A chemical symbol is an abbreviation that chemists use to represent atoms of an element. Symbols of some elements are derived from the common names of the element while others are derived from their names in other languages. Most symbols have one or two letters. The recently synthesised (prepared) elements use three- letter symbols. In order to avoid confusion with other notations, only the first letter of a symbol is capitalised, e.g. Co is the symbol for the element cobalt while CO is a notation for the compound, carbon monoxide containing one atom each of carbon (C) and oxygen (O) elements.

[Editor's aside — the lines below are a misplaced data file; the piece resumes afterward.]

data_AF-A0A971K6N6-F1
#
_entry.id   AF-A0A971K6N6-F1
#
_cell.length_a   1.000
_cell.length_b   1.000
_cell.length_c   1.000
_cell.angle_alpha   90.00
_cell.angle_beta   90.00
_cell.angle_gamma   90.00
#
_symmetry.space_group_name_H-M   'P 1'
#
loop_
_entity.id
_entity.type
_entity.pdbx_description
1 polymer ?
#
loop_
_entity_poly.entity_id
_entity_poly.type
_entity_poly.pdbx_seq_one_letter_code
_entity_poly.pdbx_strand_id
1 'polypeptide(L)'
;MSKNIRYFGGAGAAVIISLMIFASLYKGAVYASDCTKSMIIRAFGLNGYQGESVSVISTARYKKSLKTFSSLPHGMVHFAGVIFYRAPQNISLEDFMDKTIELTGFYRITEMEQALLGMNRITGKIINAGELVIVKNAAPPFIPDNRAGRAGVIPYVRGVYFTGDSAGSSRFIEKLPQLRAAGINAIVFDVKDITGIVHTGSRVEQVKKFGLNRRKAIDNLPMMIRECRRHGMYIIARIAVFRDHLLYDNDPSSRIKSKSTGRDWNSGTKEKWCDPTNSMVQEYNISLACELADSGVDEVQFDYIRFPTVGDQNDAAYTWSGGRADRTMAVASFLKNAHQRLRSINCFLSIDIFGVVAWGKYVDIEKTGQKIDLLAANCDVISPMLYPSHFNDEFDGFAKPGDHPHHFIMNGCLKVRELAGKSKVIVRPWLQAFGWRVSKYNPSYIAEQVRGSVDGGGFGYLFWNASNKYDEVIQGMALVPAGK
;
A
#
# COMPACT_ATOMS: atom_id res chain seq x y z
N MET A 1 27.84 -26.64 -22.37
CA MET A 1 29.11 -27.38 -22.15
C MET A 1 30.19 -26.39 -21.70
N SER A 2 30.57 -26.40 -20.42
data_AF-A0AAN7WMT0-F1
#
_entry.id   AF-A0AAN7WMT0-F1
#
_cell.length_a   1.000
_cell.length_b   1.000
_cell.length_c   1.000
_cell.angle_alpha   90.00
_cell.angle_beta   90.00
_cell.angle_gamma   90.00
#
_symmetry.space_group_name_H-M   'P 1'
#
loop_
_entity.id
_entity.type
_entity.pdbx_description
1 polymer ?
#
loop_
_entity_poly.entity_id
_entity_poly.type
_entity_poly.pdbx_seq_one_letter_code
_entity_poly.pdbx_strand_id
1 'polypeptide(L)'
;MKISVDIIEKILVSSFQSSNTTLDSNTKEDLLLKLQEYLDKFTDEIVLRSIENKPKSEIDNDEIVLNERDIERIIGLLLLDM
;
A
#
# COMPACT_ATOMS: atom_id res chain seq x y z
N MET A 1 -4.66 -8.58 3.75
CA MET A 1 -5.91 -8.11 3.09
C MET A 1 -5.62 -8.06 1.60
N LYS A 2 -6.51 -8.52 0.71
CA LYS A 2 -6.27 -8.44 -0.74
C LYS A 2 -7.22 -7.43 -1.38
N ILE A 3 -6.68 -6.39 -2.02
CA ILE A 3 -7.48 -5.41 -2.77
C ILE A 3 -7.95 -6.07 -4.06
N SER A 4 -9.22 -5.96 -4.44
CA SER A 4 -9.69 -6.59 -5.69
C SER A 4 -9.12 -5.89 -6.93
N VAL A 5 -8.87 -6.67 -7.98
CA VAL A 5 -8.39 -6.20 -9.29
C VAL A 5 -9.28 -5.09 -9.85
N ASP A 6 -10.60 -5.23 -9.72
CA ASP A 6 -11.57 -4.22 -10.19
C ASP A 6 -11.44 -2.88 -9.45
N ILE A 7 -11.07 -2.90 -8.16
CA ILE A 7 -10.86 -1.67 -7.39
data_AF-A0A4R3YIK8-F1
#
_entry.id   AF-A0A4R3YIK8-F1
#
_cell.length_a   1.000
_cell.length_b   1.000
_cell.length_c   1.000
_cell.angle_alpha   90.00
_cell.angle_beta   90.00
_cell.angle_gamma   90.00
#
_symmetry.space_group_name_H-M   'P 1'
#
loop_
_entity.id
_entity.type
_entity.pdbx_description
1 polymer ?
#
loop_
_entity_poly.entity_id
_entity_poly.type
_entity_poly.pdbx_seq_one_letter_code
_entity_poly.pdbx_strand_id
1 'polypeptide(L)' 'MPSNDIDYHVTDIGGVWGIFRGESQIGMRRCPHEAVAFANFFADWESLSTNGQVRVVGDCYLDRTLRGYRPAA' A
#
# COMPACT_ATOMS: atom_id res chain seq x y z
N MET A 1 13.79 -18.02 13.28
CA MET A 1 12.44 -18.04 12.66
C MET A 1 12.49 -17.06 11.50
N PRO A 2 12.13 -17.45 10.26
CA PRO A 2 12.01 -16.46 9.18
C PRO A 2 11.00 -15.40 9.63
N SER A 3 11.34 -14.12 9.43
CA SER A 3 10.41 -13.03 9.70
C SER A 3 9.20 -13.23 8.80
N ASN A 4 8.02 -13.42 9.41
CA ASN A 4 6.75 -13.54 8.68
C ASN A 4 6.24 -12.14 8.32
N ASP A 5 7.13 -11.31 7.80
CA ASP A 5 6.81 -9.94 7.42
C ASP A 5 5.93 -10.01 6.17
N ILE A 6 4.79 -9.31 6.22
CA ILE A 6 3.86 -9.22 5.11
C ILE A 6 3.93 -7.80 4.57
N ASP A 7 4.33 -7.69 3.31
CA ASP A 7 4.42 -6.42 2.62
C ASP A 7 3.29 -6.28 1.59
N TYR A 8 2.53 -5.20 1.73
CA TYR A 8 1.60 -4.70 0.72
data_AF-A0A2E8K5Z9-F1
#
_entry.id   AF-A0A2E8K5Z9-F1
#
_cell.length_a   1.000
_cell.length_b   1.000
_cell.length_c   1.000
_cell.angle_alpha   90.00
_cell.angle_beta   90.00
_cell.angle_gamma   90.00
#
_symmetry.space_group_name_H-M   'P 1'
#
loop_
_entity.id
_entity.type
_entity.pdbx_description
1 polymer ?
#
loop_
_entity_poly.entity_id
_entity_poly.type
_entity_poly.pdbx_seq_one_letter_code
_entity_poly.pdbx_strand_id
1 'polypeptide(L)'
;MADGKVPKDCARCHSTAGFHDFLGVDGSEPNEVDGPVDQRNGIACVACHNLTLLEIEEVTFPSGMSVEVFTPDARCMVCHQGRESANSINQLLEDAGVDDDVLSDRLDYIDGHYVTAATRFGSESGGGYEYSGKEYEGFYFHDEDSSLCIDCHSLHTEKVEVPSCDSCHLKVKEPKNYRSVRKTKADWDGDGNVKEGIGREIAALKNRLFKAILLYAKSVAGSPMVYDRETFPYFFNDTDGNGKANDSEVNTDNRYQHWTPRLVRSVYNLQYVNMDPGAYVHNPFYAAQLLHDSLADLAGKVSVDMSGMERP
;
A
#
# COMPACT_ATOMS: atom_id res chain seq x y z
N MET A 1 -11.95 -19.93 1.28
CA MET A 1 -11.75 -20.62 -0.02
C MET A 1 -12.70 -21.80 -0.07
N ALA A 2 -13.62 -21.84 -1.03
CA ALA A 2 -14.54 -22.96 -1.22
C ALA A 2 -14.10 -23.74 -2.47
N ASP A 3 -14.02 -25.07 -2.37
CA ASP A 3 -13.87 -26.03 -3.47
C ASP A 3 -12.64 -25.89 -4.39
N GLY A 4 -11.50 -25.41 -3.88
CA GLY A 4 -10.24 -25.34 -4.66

Names of chemical compounds are represented in abbreviations called formulae. Carbon monoxide, for example, is represented by the formula, CO. Formula also represents the composition of the compound. Thus the expression, MgCL2, identifies atoms of the element magnesium (Mg) and chlorine (Cl) as the constituents of magnesium chloride. When more than one atom of any given element is present in the formula, subscripts are used to denote the relative numbers of atoms of each type of the elements in the compound. In the above formula, therefore, each unit of magnesium chloride contains one atom of magnesium and two atoms of chlorine.
Parenthesis or brackets in a formula indicate a group of atoms that behaves or functions as a unit. For instance, the formula Al2(SO4)3 indicates that aluminium tetraoxosulphate (Vl) has two atoms of aluminium (Al) for every three groups of tetraoxosulphate(VI) (SO4).